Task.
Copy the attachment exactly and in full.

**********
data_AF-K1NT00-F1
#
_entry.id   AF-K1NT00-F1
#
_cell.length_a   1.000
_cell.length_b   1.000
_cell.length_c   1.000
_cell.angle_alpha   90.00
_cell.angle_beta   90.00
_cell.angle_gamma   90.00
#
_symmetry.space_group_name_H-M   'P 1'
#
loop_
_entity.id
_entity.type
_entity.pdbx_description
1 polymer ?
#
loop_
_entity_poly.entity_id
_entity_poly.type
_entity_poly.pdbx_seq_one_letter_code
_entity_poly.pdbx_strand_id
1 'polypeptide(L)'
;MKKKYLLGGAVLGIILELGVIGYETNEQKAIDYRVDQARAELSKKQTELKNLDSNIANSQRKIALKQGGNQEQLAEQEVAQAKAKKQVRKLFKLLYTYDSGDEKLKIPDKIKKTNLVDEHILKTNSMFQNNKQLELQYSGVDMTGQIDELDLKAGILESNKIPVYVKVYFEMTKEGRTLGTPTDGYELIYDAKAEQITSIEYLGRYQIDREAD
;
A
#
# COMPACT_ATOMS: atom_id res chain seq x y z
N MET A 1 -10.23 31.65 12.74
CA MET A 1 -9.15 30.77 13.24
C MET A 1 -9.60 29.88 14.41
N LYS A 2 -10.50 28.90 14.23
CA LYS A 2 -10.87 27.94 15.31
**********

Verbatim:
data_AF-K1NT00-F1
#
_entry.id   AF-K1NT00-F1
#
_cell.length_a   1.000
_cell.length_b   1.000
_cell.length_c   1.000
_cell.angle_alpha   90.00
_cell.angle_beta   90.00
_cell.angle_gamma   90.00
#
_symmetry.space_group_name_H-M   'P 1'
#
loop_
_entity.id
_entity.type
_entity.pdbx_description
1 polymer ?
#
loop_
_entity_poly.entity_id
_entity_poly.type
_entity_poly.pdbx_seq_one_letter_code
_entity_poly.pdbx_strand_id
1 'polypeptide(L)'
;MKKKYLLGGAVLGIILELGVIGYETNEQKAIDYRVDQARAELSKKQTELKNLDSNIANSQRKIALKQGGNQEQLAEQEVAQAKAKKQVRKLFKLLYTYDSGDEKLKIPDKIKKTNLVDEHILKTNSMFQNNKQLELQYSGVDMTGQIDELDLKAGILESNKIPVYVKVYFEMTKEGRTLGTPTDGYELIYDAKAEQITSIEYLGRYQIDREAD
;
A
#
# COMPACT_ATOMS: atom_id res chain seq x y z
N MET A 1 -10.23 31.65 12.74
CA MET A 1 -9.15 30.77 13.24
C MET A 1 -9.60 29.88 14.41
N LYS A 2 -10.50 28.90 14.23
CA LYS A 2 -10.87 27.94 15.31